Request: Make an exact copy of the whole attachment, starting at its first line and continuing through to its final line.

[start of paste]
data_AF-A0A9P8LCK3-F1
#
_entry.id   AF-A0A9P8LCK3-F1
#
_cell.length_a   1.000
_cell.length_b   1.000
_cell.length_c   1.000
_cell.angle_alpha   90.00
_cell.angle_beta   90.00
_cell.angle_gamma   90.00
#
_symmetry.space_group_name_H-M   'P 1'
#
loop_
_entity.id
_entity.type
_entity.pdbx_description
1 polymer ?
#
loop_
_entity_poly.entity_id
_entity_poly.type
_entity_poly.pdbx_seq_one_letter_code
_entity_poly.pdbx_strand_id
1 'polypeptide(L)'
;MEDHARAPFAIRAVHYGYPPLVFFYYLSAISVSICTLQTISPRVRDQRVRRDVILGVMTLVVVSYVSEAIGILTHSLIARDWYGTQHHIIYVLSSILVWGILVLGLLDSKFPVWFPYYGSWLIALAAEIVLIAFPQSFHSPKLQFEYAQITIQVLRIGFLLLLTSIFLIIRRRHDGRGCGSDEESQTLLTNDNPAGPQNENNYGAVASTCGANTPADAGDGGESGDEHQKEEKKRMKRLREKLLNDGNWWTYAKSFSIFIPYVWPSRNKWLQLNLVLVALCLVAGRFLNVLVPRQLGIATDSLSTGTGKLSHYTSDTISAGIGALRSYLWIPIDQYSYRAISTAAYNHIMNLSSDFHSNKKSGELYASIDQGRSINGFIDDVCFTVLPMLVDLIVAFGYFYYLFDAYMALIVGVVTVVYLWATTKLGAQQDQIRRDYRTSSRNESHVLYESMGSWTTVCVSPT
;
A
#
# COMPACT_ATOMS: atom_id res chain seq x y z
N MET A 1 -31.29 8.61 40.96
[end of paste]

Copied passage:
data_AF-A0A9P8LCK3-F1
#
_entry.id   AF-A0A9P8LCK3-F1
#
_cell.length_a   1.000
_cell.length_b   1.000
_cell.length_c   1.000
_cell.angle_alpha   90.00
_cell.angle_beta   90.00
_cell.angle_gamma   90.00
#
_symmetry.space_group_name_H-M   'P 1'
#
loop_
_entity.id
_entity.type
_entity.pdbx_description
1 polymer ?
#
loop_
_entity_poly.entity_id
_entity_poly.type
_entity_poly.pdbx_seq_one_letter_code
_entity_poly.pdbx_strand_id
1 'polypeptide(L)'
;MEDHARAPFAIRAVHYGYPPLVFFYYLSAISVSICTLQTISPRVRDQRVRRDVILGVMTLVVVSYVSEAIGILTHSLIARDWYGTQHHIIYVLSSILVWGILVLGLLDSKFPVWFPYYGSWLIALAAEIVLIAFPQSFHSPKLQFEYAQITIQVLRIGFLLLLTSIFLIIRRRHDGRGCGSDEESQTLLTNDNPAGPQNENNYGAVASTCGANTPADAGDGGESGDEHQKEEKKRMKRLREKLLNDGNWWTYAKSFSIFIPYVWPSRNKWLQLNLVLVALCLVAGRFLNVLVPRQLGIATDSLSTGTGKLSHYTSDTISAGIGALRSYLWIPIDQYSYRAISTAAYNHIMNLSSDFHSNKKSGELYASIDQGRSINGFIDDVCFTVLPMLVDLIVAFGYFYYLFDAYMALIVGVVTVVYLWATTKLGAQQDQIRRDYRTSSRNESHVLYESMGSWTTVCVSPT
;
A
#
# COMPACT_ATOMS: atom_id res chain seq x y z
N MET A 1 -31.29 8.61 40.96